Ten years ago, "Fast Food Nation" made a big impact. If you needed a reason to never eat another McDonald's hamburger again, this book gave you several. References to "The Jungle" abounded, and the book is still an oft-cited reference when discussing the fast food industry.
Over at the Daily Beast, author Eric Schlosser reflects on the past decade and ultimately comes to the conclusion that his book is not out of date. He explains:
More than a decade has passed since Fast Food Nation was published, and I’d love to report that the book is out of date, that the many problems it describes have been solved, and that the Golden Arches are now the symbol of a fallen empire, like the pyramids at Giza. Sadly, that is not the case. Every day about 65 million people eat at a McDonald’s restaurant somewhere in the world, more than ever before.
In the piece, Schlosser mentions many alarming facts about obesity and health -- two thirds of the adults in the United States are obese or overweight, for example. Despite these, there are positive changes as well, believes Schlosser. People care more now about issues like sustainability and organic food than they did 10 years ago. He cites examples such as the Coalition of Immokalee Workers' success in getting major fast food establishments to pay more to the people harvesting their food. And there are numerous organizations with the goal to bring healthy food to individuals in low-income communities.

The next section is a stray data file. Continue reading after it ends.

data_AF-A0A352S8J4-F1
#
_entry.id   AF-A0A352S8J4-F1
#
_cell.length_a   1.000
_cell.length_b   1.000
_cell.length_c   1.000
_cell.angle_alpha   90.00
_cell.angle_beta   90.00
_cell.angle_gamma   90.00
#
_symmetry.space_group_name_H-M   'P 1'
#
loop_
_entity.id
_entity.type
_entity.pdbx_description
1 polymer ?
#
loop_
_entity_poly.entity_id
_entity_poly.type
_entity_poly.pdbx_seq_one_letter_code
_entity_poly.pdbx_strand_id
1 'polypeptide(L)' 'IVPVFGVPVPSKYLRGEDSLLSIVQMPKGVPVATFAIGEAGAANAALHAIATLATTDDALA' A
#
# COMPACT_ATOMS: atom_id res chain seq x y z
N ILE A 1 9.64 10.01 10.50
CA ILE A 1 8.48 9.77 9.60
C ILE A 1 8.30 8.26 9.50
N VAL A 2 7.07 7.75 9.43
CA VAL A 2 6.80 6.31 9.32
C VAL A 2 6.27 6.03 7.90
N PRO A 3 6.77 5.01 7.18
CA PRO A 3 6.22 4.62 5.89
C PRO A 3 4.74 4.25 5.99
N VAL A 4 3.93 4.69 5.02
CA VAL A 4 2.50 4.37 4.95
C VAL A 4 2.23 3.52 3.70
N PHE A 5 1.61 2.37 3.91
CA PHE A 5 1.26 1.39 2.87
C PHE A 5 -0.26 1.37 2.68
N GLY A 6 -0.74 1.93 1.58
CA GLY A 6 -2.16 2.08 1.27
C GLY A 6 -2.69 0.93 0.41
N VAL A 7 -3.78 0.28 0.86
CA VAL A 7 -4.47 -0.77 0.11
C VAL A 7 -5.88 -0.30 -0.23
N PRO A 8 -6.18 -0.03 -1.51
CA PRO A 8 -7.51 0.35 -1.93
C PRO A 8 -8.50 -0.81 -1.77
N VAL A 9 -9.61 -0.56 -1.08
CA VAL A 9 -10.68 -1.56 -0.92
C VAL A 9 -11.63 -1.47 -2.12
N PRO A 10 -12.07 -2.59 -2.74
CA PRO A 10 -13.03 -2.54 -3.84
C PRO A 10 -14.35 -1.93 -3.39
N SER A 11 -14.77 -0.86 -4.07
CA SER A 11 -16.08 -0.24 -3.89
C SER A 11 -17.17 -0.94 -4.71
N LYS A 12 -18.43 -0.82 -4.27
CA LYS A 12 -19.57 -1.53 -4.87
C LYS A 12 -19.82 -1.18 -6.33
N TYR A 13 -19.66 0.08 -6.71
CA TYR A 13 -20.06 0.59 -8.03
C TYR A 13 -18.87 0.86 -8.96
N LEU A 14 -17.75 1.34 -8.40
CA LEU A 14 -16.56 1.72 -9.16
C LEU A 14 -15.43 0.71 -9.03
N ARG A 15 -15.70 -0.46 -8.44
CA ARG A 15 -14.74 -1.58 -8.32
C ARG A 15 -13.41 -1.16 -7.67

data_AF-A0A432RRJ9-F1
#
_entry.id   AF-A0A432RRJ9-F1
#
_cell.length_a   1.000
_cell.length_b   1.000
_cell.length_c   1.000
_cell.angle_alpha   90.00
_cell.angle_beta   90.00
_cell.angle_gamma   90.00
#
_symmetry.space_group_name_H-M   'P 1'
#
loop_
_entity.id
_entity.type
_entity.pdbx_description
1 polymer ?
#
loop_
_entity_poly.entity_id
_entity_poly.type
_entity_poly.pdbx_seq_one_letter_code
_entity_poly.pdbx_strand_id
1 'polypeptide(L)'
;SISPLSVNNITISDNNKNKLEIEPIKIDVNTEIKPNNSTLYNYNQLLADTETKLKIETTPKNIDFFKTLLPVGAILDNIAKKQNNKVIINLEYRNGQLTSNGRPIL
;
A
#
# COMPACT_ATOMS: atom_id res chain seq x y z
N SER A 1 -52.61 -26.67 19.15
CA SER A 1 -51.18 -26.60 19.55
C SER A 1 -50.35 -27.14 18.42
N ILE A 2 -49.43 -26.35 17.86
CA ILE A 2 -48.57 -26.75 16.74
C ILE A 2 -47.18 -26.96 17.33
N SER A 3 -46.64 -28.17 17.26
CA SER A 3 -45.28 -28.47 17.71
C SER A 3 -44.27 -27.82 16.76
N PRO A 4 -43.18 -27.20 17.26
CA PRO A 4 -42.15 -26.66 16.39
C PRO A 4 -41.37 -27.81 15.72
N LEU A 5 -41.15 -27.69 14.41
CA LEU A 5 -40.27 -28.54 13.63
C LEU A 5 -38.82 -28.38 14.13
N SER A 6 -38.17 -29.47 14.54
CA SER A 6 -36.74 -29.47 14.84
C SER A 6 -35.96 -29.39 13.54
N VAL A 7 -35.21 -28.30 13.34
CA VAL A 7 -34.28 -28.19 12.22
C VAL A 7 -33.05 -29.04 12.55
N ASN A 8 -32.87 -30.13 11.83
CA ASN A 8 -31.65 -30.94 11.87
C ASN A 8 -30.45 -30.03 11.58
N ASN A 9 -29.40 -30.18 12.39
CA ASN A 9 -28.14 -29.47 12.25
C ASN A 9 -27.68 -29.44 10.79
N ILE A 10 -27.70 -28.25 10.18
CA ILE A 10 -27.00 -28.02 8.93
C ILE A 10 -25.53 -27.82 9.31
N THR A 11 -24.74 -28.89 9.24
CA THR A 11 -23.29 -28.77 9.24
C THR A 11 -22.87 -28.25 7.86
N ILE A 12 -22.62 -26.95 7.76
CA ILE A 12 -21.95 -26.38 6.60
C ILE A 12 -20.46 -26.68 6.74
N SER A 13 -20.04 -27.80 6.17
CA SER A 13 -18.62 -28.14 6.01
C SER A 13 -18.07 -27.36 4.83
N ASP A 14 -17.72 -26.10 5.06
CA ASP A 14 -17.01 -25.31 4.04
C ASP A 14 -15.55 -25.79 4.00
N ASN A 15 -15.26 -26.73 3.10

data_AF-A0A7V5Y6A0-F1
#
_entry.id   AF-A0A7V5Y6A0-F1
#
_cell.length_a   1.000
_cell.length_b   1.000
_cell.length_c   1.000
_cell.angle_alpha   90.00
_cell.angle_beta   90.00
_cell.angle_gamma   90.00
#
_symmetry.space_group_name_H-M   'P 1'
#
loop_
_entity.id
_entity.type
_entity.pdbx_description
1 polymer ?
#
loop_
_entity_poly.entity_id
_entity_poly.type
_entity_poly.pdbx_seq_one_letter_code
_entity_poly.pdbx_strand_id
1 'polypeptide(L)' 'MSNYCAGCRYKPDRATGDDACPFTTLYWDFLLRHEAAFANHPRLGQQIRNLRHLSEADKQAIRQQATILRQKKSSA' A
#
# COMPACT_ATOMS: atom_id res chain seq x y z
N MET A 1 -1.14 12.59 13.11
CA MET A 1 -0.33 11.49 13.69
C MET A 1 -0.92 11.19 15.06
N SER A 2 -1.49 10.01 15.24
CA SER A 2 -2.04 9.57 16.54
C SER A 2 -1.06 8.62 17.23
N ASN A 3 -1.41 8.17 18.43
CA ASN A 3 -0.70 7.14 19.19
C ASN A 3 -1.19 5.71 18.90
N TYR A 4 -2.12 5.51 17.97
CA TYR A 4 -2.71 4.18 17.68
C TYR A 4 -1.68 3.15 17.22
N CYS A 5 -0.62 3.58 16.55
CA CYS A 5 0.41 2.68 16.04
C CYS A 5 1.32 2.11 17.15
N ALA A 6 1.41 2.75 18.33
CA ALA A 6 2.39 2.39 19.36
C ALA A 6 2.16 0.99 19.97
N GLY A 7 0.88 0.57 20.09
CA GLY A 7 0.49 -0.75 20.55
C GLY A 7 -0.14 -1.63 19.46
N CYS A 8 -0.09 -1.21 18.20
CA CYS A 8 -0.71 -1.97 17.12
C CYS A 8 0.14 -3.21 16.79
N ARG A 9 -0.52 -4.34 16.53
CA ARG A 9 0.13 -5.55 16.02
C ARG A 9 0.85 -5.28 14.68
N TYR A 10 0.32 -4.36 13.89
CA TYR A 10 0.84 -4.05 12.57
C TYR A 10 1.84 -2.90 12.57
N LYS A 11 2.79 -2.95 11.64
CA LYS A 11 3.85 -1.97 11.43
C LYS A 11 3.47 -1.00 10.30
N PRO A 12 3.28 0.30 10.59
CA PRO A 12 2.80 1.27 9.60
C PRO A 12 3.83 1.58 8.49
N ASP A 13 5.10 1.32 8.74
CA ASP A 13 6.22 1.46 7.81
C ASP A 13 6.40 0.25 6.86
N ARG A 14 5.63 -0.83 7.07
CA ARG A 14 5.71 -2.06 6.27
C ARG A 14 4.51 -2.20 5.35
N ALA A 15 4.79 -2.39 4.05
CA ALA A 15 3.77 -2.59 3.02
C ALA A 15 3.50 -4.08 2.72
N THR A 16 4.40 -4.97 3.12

All in all, Schlosser remains hopeful that in the next 10 years, more significant changes will occur:
Everything that I've learned since Fast Food Nation was published has made me more, not less, optimistic about the possibilities for change. I believe, more than ever before, that nothing about our current food system was inevitable. And when things aren't inevitable, that means things don't have to be the way they are. I hope that 10 years from now this book really is irrelevant--and that the world it describes, so full of greed and lacking in compassion, is just a bad memory.
Read his full piece -- the afterword to the 2012 edition of "Fast Food Nation" -- over at the Daily Beast.